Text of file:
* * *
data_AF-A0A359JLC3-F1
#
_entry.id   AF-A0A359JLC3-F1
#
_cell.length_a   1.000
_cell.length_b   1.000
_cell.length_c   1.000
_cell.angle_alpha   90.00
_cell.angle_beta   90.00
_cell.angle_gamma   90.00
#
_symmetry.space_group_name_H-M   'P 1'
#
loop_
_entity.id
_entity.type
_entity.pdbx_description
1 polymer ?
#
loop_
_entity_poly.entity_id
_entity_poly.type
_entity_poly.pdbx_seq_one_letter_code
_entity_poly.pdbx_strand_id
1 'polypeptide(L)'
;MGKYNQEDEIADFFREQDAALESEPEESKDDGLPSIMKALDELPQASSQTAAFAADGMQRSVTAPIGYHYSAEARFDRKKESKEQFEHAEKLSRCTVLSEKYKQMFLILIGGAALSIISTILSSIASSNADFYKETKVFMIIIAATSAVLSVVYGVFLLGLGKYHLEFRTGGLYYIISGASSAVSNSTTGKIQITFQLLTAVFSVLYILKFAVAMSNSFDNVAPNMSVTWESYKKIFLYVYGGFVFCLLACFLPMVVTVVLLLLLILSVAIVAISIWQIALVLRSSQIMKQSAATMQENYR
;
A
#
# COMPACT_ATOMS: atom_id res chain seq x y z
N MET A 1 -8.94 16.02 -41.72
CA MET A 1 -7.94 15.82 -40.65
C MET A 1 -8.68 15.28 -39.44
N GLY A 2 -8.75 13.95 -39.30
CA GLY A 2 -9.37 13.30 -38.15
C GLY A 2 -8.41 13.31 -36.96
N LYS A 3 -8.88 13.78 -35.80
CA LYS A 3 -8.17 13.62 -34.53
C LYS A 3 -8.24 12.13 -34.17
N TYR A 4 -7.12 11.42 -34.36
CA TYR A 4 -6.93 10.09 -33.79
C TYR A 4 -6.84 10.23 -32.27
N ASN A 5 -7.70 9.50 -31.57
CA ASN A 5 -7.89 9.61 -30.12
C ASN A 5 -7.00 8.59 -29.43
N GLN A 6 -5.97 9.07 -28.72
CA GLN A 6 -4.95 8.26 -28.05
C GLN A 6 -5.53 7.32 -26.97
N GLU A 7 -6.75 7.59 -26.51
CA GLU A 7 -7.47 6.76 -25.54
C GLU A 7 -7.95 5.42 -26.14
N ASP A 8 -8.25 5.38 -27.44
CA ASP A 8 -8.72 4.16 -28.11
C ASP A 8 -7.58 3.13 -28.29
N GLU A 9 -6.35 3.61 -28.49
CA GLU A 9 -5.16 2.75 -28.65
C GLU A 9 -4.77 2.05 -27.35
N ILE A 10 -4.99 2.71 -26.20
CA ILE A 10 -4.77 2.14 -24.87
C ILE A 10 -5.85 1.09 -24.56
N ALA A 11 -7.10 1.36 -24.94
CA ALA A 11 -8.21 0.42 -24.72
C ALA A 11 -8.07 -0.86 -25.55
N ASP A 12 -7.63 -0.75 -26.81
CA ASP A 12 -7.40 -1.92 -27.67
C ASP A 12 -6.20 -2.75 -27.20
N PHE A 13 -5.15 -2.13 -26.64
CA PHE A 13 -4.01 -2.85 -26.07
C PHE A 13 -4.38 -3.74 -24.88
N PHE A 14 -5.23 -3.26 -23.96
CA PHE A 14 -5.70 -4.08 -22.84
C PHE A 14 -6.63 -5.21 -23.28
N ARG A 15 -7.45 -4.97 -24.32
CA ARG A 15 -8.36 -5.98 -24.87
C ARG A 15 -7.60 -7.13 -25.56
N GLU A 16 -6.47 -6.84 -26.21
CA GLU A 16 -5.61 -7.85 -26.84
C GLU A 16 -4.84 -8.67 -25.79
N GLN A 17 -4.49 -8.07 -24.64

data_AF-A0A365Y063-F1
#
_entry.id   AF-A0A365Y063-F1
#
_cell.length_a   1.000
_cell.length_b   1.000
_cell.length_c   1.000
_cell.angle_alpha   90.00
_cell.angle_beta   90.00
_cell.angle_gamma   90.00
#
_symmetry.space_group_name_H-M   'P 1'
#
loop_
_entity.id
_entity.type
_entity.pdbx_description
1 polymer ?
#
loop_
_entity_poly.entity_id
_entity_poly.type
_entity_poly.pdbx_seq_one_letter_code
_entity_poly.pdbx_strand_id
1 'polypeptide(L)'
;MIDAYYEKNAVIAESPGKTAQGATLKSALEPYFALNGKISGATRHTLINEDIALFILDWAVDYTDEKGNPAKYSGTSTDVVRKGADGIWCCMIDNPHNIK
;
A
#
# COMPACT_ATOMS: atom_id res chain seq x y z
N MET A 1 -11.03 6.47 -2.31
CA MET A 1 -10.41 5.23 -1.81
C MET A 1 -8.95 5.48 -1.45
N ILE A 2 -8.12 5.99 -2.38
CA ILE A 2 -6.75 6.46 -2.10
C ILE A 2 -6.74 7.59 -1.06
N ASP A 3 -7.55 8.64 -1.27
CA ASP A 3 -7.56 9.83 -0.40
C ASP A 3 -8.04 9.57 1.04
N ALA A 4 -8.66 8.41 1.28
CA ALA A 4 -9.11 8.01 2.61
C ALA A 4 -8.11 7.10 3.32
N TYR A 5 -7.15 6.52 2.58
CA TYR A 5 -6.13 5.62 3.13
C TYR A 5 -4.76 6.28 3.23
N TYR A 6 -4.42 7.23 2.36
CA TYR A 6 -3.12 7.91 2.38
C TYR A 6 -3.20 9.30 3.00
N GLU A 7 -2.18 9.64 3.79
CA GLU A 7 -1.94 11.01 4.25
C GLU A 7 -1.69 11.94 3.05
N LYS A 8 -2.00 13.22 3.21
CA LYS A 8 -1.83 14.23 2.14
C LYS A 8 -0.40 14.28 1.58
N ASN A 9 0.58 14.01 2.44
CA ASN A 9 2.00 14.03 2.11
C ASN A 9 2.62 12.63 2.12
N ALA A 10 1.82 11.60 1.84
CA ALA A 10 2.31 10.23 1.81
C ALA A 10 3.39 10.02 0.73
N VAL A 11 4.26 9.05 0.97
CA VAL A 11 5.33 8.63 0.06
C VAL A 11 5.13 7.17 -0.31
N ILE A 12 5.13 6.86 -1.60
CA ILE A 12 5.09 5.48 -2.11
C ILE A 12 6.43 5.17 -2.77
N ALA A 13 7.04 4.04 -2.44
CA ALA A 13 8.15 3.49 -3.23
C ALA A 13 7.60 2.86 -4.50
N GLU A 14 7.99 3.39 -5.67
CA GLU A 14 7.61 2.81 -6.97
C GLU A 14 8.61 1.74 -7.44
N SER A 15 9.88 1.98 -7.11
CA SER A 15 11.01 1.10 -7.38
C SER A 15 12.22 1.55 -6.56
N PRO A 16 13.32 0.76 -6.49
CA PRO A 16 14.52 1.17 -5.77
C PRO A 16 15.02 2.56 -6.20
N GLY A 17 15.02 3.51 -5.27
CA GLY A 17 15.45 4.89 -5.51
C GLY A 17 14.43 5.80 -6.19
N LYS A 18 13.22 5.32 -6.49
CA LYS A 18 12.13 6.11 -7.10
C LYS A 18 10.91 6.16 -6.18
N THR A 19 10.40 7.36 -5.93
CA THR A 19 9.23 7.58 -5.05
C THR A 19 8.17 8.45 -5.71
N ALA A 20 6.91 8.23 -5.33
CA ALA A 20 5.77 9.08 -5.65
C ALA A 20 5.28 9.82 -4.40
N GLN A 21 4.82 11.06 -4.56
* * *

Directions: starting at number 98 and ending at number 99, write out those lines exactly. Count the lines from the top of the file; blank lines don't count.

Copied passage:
#
loop_